10/17/2015 04:10 EDT | Updated 10/17/2015 04:59 EDT

Gilles Duceppe Says Bloc Quebecois 'Closer Than Ever' To Holding Balance Of Power

SEPT-ILES, Que.-- Bloc Quebecois Leader Gilles Duceppe is striking an optimistic tone in his final weekend of campaigning, saying his party is "closer than ever'' to holding the balance of power in the House of Commons.

And, despite the Liberal Party's rise in the polls, Duceppe stuck to his prediction of a minority government Saturday.

"I spent a few years analysing these situations,'' he told reporters in Sept-Iles, Quebec. "I think that's what we'll have.''

Duceppe believes the tight three-way battle shaping up between the Bloc, Liberal Party and the New Democrats for the province's francophone vote could benefit his party on Oct. 19.

He said the controversy surrounding Justin Trudeau's former campaign co-president Dan Gagnier shows voters the party hasn't changed since the days of the sponsorship scandal.

"I think people realize the party hasn't changed its shenanigans,'' he said.

Gagnier resigned this week after a leaked email showed he was advising an oil pipeline company on how to lobby a new federal government.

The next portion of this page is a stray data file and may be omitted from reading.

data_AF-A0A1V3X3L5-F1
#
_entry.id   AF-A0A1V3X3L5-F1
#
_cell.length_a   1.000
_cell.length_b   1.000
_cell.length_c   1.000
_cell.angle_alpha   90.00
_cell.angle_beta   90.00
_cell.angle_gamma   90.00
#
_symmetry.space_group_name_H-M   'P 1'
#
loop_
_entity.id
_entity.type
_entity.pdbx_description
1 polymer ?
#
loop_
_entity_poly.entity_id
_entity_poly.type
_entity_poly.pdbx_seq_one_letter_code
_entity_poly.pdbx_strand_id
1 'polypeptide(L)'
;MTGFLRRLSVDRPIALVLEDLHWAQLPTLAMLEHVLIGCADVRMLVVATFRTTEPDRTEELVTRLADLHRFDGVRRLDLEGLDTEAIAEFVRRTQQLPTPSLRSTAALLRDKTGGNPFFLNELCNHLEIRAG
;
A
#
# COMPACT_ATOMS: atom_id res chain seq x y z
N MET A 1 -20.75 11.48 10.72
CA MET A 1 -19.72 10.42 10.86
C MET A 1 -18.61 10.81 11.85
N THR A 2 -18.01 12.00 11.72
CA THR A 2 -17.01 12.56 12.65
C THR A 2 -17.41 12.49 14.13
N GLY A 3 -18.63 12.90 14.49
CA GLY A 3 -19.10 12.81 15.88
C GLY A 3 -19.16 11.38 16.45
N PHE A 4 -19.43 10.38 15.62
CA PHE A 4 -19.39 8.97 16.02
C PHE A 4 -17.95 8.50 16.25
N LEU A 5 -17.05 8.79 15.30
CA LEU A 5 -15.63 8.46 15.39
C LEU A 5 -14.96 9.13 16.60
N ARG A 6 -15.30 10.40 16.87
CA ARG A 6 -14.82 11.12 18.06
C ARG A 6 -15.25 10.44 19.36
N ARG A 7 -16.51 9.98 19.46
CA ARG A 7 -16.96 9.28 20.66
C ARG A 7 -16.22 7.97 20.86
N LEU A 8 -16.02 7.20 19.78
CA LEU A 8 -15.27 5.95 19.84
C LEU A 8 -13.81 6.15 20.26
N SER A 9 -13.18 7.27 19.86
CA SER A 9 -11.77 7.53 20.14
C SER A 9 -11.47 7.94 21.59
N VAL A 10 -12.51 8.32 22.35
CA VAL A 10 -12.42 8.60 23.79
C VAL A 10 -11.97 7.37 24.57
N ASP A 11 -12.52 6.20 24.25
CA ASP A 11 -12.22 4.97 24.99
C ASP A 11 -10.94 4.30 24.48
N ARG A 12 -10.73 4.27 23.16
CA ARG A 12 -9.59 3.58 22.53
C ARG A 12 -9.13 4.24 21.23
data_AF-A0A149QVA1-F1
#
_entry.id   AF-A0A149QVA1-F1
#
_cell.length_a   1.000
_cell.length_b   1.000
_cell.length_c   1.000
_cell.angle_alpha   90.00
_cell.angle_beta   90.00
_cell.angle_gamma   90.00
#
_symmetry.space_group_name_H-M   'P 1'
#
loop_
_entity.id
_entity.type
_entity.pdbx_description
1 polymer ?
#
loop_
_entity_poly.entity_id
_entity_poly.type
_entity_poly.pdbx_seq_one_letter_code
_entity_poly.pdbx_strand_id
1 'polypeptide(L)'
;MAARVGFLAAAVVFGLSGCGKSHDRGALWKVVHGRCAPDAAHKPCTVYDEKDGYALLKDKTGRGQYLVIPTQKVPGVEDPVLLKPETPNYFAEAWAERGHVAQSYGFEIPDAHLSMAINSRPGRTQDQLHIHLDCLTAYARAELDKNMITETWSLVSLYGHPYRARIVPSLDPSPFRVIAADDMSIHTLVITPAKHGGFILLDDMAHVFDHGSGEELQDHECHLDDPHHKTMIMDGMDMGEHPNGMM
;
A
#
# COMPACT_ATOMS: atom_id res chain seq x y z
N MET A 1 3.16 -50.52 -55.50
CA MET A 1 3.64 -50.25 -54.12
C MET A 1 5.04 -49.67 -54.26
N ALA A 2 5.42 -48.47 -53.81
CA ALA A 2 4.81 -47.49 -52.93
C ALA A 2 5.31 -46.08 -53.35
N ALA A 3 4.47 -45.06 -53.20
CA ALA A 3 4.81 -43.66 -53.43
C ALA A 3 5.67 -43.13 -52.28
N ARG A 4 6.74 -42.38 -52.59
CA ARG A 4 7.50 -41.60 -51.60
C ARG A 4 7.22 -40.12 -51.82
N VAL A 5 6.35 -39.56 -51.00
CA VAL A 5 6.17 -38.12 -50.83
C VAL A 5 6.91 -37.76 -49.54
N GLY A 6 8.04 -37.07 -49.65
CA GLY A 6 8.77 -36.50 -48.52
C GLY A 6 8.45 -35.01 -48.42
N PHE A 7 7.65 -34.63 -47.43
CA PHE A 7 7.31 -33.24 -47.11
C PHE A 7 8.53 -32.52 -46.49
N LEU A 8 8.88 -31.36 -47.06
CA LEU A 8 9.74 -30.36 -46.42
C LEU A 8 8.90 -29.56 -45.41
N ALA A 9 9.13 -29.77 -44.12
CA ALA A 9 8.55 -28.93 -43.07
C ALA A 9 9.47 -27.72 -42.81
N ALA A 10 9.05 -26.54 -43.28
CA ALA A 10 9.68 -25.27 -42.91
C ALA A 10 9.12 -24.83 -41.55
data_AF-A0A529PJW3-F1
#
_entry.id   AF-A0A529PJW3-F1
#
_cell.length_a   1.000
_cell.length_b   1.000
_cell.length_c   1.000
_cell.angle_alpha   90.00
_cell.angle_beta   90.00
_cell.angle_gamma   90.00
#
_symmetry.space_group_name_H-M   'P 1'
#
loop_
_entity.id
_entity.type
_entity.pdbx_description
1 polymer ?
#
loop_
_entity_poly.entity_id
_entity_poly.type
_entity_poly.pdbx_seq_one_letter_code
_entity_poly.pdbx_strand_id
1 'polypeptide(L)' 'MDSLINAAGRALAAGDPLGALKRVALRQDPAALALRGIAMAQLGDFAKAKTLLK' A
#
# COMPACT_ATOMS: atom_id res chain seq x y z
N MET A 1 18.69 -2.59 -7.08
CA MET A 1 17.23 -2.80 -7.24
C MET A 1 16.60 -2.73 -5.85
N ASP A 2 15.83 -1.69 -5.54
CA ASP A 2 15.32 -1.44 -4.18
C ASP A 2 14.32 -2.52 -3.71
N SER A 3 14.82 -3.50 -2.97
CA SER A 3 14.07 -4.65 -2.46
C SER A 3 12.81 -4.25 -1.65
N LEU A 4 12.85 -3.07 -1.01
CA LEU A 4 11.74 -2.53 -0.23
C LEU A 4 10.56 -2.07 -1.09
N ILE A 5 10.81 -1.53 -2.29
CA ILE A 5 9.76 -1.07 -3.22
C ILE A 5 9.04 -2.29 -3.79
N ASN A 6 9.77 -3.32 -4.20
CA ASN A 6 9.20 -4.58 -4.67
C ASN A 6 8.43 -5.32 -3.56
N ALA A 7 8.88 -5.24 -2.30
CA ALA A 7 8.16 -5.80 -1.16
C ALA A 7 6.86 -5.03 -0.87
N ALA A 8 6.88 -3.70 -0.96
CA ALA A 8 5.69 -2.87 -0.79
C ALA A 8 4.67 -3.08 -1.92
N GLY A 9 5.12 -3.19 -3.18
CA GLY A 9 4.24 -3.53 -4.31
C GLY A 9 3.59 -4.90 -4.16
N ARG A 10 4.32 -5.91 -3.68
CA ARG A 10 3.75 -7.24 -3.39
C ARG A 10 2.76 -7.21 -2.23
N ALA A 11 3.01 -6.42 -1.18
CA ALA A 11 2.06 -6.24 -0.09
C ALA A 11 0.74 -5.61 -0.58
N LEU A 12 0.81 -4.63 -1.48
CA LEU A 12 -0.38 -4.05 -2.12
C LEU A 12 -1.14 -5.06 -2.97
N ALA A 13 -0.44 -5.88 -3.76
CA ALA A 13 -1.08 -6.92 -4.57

As usual, Duceppe did not specifiy how many Bloc members he hopes to see in Ottawa.

The Bloc Quebecois, which elected only four MPs in 2011, needs at least 12 to regain official party status in the House of Commons.

Duceppe, who presents himself as the defender of Quebec's interests, said he didn't believe he missed a chance to make a strong statement when he decided not to visit Lac-Megantic, where a train derailment caused 47 deaths in 2013.

Friday, the town's mayor deplored the fact that only one federal leader, the NDP's Tom Mulcair, visited Lac-Megantic during the campaign.

"We didn't go there, but we were the first to take a position on the railway bypass (to keep trains from passing through the city's centre),'' Duceppe said. ``We said we've had enough of the self-inspecting of trains. We said we need to do away with DOT-111 rail cars.''

Duceppe said that despite the marathon 78-day election campaign, it was not possible to visit all of the province's regions.

The Bloc campaign had a full schedule Saturday, with five stops planned across the province.

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